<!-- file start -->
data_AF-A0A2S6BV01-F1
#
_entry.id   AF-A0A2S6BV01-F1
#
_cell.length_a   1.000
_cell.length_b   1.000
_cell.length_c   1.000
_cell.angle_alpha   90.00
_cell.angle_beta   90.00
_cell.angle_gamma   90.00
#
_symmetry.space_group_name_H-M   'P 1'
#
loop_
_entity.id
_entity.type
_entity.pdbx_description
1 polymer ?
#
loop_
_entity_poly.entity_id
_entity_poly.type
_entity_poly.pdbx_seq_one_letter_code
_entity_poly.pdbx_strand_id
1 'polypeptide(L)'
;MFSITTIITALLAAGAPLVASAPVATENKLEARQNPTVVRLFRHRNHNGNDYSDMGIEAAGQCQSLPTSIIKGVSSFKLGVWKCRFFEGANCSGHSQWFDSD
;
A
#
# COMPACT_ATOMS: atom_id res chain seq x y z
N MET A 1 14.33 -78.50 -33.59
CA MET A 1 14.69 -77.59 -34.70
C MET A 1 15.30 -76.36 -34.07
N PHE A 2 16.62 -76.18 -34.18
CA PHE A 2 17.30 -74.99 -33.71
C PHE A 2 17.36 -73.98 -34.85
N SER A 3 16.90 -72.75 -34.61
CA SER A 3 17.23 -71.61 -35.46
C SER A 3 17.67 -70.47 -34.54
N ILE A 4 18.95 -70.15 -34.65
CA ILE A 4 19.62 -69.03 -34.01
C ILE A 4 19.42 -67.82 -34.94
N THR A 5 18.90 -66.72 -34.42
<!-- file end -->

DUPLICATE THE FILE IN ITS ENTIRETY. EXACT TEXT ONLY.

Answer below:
data_AF-A0A2S6BV01-F1
#
_entry.id   AF-A0A2S6BV01-F1
#
_cell.length_a   1.000
_cell.length_b   1.000
_cell.length_c   1.000
_cell.angle_alpha   90.00
_cell.angle_beta   90.00
_cell.angle_gamma   90.00
#
_symmetry.space_group_name_H-M   'P 1'
#
loop_
_entity.id
_entity.type
_entity.pdbx_description
1 polymer ?
#
loop_
_entity_poly.entity_id
_entity_poly.type
_entity_poly.pdbx_seq_one_letter_code
_entity_poly.pdbx_strand_id
1 'polypeptide(L)'
;MFSITTIITALLAAGAPLVASAPVATENKLEARQNPTVVRLFRHRNHNGNDYSDMGIEAAGQCQSLPTSIIKGVSSFKLGVWKCRFFEGANCSGHSQWFDSD
;
A
#
# COMPACT_ATOMS: atom_id res chain seq x y z
N MET A 1 14.33 -78.50 -33.59
CA MET A 1 14.69 -77.59 -34.70
C MET A 1 15.30 -76.36 -34.07
N PHE A 2 16.62 -76.18 -34.18
CA PHE A 2 17.30 -74.99 -33.71
C PHE A 2 17.36 -73.98 -34.85
N SER A 3 16.90 -72.75 -34.61
CA SER A 3 17.23 -71.61 -35.46
C SER A 3 17.67 -70.47 -34.54
N ILE A 4 18.95 -70.15 -34.65
CA ILE A 4 19.62 -69.03 -34.01
C ILE A 4 19.42 -67.82 -34.94
N THR A 5 18.90 -66.72 -34.42